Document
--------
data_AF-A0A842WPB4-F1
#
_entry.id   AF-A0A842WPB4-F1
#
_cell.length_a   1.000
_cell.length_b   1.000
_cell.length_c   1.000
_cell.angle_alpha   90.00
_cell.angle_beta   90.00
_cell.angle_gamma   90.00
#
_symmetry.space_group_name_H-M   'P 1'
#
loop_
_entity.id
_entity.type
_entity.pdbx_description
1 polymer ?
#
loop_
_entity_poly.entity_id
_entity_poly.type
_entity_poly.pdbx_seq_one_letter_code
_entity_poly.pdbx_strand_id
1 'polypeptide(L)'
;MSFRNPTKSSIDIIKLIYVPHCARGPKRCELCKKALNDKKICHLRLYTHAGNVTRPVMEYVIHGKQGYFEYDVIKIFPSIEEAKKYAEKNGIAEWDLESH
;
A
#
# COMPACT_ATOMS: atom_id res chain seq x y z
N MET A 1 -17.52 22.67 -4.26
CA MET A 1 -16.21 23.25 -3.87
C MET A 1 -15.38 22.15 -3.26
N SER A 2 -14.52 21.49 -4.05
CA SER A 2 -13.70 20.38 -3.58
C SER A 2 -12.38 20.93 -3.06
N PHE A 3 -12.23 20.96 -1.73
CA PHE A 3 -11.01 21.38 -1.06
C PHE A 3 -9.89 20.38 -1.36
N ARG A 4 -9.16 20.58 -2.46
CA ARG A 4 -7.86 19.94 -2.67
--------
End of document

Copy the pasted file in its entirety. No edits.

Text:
data_AF-A0A842WPB4-F1
#
_entry.id   AF-A0A842WPB4-F1
#
_cell.length_a   1.000
_cell.length_b   1.000
_cell.length_c   1.000
_cell.angle_alpha   90.00
_cell.angle_beta   90.00
_cell.angle_gamma   90.00
#
_symmetry.space_group_name_H-M   'P 1'
#
loop_
_entity.id
_entity.type
_entity.pdbx_description
1 polymer ?
#
loop_
_entity_poly.entity_id
_entity_poly.type
_entity_poly.pdbx_seq_one_letter_code
_entity_poly.pdbx_strand_id
1 'polypeptide(L)'
;MSFRNPTKSSIDIIKLIYVPHCARGPKRCELCKKALNDKKICHLRLYTHAGNVTRPVMEYVIHGKQGYFEYDVIKIFPSIEEAKKYAEKNGIAEWDLESH
;
A
#
# COMPACT_ATOMS: atom_id res chain seq x y z
N MET A 1 -17.52 22.67 -4.26
CA MET A 1 -16.21 23.25 -3.87
C MET A 1 -15.38 22.15 -3.26
N SER A 2 -14.52 21.49 -4.05
CA SER A 2 -13.70 20.38 -3.58
C SER A 2 -12.38 20.93 -3.06
N PHE A 3 -12.23 20.96 -1.73
CA PHE A 3 -11.01 21.38 -1.06
C PHE A 3 -9.89 20.38 -1.36
N ARG A 4 -9.16 20.58 -2.46
CA ARG A 4 -7.86 19.94 -2.67